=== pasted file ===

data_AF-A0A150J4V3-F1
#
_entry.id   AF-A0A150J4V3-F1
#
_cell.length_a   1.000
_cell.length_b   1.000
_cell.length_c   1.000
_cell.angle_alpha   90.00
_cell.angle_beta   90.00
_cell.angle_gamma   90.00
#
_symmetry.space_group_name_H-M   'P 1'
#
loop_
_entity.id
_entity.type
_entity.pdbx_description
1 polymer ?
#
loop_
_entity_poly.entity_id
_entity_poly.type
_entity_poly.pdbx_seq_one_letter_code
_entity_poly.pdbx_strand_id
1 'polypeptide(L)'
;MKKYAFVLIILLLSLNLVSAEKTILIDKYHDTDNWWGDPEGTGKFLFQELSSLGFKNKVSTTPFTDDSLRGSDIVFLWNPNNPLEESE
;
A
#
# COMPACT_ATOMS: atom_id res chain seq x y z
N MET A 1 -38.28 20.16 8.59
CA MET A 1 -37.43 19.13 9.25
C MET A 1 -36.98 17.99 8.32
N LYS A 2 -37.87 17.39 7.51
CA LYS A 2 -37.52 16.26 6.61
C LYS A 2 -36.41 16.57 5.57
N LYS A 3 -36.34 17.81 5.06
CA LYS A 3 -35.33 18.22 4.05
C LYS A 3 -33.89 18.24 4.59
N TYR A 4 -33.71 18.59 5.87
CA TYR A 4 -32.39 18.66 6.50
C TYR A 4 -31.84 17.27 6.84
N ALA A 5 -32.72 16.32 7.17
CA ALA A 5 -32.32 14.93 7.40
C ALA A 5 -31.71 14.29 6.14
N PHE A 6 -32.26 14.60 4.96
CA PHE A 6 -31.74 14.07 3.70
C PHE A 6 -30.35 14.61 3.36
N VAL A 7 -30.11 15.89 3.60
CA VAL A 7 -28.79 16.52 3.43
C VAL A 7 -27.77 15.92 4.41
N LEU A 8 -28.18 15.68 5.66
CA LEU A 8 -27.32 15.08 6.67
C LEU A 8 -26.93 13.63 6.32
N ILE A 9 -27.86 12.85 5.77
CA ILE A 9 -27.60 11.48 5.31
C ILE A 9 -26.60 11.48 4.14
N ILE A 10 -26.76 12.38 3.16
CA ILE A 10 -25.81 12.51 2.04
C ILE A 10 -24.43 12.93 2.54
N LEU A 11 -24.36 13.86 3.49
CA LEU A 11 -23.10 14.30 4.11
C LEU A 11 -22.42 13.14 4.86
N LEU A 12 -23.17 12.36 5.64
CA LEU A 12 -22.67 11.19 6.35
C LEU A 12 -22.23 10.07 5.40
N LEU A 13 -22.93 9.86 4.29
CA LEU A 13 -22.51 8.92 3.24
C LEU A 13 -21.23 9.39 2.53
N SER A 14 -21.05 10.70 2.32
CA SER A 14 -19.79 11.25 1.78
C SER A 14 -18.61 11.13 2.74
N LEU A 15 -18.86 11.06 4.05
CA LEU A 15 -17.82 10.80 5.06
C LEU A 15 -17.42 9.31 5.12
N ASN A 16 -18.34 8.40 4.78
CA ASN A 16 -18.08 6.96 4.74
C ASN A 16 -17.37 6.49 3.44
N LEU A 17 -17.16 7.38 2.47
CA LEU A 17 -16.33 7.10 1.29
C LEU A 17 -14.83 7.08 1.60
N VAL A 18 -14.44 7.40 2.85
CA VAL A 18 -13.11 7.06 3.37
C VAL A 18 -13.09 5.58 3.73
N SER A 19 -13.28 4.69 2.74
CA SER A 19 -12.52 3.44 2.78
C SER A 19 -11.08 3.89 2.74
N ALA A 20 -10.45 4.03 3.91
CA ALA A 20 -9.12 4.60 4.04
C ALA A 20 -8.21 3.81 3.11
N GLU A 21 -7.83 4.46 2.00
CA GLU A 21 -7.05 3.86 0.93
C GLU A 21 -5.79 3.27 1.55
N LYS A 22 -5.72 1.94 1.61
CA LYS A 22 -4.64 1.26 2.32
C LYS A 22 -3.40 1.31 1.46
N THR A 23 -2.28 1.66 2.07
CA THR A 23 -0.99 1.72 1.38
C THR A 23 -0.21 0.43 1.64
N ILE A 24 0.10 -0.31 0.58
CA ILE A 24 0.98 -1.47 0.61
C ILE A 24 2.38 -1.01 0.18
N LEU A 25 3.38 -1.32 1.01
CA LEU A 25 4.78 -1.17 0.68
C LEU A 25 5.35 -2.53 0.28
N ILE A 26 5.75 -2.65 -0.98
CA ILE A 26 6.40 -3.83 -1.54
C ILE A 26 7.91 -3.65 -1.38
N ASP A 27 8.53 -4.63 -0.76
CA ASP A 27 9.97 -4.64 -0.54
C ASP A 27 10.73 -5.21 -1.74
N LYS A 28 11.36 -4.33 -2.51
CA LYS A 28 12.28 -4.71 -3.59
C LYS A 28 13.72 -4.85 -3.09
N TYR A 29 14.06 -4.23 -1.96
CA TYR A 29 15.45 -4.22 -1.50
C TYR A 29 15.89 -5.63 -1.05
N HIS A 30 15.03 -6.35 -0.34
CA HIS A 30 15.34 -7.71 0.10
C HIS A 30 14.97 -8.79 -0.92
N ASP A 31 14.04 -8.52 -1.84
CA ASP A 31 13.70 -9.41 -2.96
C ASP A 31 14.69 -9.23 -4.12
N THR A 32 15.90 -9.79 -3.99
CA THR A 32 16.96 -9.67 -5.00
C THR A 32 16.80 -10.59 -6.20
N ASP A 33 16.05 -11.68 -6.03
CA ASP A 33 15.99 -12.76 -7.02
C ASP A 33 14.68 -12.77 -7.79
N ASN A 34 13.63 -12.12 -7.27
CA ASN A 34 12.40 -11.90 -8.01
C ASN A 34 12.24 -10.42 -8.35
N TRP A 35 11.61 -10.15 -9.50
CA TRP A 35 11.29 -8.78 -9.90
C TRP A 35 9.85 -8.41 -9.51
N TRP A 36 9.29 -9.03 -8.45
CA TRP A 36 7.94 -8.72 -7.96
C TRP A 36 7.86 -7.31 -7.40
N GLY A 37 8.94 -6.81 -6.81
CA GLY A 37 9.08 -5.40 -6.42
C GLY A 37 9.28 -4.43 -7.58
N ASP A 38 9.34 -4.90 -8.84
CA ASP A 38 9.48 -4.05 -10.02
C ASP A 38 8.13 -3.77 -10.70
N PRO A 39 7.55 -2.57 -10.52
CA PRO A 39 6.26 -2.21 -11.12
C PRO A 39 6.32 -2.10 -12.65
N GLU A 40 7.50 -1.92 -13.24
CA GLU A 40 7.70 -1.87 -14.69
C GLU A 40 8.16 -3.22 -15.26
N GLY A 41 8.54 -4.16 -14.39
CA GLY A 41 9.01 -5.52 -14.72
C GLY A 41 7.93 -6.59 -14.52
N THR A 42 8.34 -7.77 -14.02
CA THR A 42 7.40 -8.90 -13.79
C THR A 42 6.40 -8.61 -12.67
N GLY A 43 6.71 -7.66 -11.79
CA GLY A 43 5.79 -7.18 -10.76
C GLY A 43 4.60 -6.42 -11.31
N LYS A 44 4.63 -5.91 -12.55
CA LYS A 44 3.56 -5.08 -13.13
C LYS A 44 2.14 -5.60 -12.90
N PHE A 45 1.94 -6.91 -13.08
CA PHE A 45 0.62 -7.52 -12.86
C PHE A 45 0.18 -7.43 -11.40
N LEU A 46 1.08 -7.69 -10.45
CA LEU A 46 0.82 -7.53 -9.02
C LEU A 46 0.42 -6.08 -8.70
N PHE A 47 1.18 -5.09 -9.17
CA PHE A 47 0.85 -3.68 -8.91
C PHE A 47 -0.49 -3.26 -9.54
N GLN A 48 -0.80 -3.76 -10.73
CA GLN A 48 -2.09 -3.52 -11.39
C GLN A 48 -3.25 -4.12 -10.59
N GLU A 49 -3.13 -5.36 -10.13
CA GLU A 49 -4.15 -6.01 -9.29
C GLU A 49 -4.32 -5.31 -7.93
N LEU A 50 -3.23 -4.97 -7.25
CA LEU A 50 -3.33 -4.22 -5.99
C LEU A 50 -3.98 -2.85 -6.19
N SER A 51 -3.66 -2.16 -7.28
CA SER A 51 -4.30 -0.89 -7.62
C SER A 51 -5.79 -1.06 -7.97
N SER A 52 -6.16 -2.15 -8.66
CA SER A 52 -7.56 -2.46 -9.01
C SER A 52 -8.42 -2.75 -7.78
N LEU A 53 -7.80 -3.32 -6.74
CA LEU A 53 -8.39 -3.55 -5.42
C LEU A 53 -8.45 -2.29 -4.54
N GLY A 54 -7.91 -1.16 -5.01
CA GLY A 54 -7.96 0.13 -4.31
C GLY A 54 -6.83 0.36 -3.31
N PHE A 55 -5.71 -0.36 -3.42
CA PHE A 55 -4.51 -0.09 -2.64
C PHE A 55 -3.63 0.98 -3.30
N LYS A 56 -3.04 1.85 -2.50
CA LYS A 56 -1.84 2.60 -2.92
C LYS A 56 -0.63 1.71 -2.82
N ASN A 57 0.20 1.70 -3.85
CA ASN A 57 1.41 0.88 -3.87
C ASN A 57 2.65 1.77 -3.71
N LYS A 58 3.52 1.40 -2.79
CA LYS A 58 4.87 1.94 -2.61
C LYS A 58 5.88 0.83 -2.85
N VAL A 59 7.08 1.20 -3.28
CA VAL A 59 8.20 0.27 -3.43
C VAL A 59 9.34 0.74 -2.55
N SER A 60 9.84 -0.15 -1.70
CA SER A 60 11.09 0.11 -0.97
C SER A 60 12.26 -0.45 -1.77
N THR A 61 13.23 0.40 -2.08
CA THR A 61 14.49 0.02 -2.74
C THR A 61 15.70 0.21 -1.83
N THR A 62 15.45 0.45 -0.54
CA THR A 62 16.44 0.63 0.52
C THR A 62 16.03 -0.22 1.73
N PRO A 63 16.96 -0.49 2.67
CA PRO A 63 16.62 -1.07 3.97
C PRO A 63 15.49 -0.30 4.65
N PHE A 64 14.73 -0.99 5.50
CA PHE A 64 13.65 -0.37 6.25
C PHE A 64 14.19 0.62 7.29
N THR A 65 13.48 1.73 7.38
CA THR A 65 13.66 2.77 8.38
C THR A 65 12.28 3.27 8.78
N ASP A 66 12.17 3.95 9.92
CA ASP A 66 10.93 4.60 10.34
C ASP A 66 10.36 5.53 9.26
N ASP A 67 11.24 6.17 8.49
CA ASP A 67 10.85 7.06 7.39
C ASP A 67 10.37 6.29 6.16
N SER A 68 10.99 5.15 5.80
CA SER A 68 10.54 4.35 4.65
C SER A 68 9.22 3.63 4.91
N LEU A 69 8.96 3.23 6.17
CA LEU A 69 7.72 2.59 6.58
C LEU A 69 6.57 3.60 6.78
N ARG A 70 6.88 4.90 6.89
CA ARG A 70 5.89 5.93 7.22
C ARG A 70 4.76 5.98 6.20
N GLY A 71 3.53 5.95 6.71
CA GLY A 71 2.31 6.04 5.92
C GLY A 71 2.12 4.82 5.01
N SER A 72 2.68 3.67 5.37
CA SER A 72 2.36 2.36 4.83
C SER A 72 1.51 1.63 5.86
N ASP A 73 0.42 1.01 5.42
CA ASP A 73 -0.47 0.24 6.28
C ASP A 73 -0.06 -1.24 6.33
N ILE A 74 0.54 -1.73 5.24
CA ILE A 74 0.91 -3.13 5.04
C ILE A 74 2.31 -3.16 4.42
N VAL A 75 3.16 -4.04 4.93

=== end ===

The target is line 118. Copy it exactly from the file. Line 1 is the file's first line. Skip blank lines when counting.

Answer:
N HIS A 30 15.03 -6.35 -0.34